Turning the pages back...
August 6, 1960
An editorial featured in The Weekly on August 6, 1960, commented on how pro-Russian sentiment in both the Republican and Democratic parties had stymied support for captive non-Russian nations, such as Ukraine.
It all began when an editorial was written two weeks earlier about the Democratic National Convention, mainly concerning the party platform on "The Communist World." The Democrats spoke of captive non-Russian nations, enumerating nine so-called satellites and East Germany. However, what were referred to as "other captive nations," presumably in the USSR, were not even named. This partly showed the pro-Russian sentiment that ran rampant among most Americans at this time.
After it became apparent that Democrats would do nothing for the benefit of the enslaved nations under Russian rule, Ukrainians thought that perhaps the Republican Party would come through. However, it did not.
On the Republican side, only eight lines were dedicated to the satellite nations and East Germany - plus a reference to "other once-free nations" - so it became apparent that the GOP was no more concerned with countries under rule in the USSR than the Democrats were. Though its five-page report on U.S. foreign policy stated that the Republican Party was committed to freedom, not one specific word was written in the report about non-Russian captive nations within the USSR.
The Weekly's editorial noted that back in 1952 the Republicans had adopted a "policy of liberation," which excited millions of Americans, as well as oppressed peoples behind the Iron Curtain. There was actually hope that Ukraine and other captive nations would be freed. However, by 1956 the phrase "policy of liberation" could neither be heard nor found anywhere, the editorial pointed out.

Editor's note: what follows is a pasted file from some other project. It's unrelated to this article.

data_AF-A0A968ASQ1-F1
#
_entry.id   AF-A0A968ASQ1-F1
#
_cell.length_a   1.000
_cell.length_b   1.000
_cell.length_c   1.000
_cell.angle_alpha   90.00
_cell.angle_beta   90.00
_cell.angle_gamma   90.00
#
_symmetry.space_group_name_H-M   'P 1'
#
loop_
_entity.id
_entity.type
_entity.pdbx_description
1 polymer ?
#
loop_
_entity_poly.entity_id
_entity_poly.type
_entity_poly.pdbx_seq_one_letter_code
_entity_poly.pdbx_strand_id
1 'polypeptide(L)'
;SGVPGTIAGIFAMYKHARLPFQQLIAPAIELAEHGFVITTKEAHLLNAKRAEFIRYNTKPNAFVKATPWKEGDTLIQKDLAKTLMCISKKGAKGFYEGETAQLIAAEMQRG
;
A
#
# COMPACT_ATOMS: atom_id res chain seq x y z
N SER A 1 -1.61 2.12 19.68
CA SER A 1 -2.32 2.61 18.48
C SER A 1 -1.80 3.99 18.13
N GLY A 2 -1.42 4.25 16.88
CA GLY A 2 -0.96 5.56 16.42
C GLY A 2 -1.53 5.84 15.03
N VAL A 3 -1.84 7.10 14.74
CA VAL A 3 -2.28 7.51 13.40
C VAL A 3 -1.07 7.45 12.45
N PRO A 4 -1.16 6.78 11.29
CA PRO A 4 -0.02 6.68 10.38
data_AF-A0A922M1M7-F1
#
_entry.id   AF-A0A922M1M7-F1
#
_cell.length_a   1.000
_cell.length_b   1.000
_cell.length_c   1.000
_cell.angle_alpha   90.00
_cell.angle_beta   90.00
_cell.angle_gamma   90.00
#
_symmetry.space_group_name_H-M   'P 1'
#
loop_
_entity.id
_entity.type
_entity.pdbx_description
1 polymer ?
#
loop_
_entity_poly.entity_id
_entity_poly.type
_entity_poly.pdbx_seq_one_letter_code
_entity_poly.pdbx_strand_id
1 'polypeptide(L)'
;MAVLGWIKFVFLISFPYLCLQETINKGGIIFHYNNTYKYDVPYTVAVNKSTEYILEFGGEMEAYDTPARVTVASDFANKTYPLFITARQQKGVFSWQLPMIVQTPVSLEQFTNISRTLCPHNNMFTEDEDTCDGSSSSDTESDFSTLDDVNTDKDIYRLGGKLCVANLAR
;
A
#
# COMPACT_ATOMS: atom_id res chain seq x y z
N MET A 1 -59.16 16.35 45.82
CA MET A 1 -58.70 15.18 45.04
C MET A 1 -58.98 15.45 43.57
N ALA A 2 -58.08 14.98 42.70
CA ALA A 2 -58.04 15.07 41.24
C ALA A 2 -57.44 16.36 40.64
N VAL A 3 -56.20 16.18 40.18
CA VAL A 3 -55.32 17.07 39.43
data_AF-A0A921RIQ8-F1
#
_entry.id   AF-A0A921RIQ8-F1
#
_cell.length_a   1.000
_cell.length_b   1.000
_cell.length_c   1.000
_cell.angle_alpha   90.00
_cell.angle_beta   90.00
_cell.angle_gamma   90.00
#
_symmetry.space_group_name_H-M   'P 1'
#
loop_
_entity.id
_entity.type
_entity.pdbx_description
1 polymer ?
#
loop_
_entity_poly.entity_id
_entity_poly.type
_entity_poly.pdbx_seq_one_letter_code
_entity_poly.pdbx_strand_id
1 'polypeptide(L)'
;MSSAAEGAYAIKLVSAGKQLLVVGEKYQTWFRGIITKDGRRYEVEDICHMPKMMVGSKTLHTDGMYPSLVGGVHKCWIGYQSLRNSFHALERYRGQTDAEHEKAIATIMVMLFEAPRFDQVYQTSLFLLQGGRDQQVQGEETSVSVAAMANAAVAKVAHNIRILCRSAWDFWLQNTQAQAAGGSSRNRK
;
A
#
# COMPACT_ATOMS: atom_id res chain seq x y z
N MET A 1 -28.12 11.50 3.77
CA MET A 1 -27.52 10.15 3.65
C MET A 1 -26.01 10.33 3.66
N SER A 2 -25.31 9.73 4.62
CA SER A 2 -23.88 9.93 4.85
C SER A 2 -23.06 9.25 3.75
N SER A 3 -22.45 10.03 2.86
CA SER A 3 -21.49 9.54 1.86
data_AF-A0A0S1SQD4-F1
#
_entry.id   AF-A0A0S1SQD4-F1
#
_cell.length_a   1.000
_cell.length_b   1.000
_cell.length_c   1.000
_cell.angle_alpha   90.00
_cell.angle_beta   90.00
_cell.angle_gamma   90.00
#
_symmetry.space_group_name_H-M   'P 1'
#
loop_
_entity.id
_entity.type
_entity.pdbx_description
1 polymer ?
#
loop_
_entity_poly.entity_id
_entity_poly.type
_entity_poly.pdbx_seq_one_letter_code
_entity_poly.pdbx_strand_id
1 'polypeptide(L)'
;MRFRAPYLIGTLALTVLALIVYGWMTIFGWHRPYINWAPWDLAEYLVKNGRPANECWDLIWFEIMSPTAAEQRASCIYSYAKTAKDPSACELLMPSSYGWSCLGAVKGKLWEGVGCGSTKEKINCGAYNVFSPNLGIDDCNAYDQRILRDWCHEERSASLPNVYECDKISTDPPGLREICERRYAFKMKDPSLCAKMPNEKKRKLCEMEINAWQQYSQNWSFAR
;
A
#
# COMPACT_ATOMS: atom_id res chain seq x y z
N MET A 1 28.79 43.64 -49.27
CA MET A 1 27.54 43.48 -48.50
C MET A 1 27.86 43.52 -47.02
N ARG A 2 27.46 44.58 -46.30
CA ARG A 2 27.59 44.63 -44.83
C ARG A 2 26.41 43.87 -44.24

Another glimmer of hope appeared when the U.S. Congress passed the "Captive Nations Week Resolution" in 1959, which underscored that, historically, Americans shared with captive nations the love of freedom. After signing the resolution into law, President Dwight D. Eisenhower stated that all captive nations aspiring for freedom have the support of the American government and the American people.
A year later, the failure of the Democratic and Republican parties to adopt any resolution to help captive non-Russian nations gave Soviet leader Nikita Khrushchev more satisfaction and an even greater sense of power, the editorial argued.
The Ukrainian Congress Committee of America, it went on to note, was doing all that it could to spread the word concerning captive nations and how the U.S. must help them. UCCA representatives appeared before both the Republican and the Democratic conventions, explaining the dire situation of the Ukrainian people in hopes of finding support for Ukraine and other enslaved non-Russian nations.
The Weekly concluded its commentary by urging the Ukrainian community, and other Americans to whom the plight of the captive nations was dear, to redouble their efforts as "the battle for freedom of all the peoples and nations is only in its nascent stage."
Source: "Republicans and Enslaved Nationals"(Editorial), The Ukrainian Weekly, August 6, 1960.
Copyright © The Ukrainian Weekly, August 3, 2003, No. 31, Vol. LXXI
| Home Page |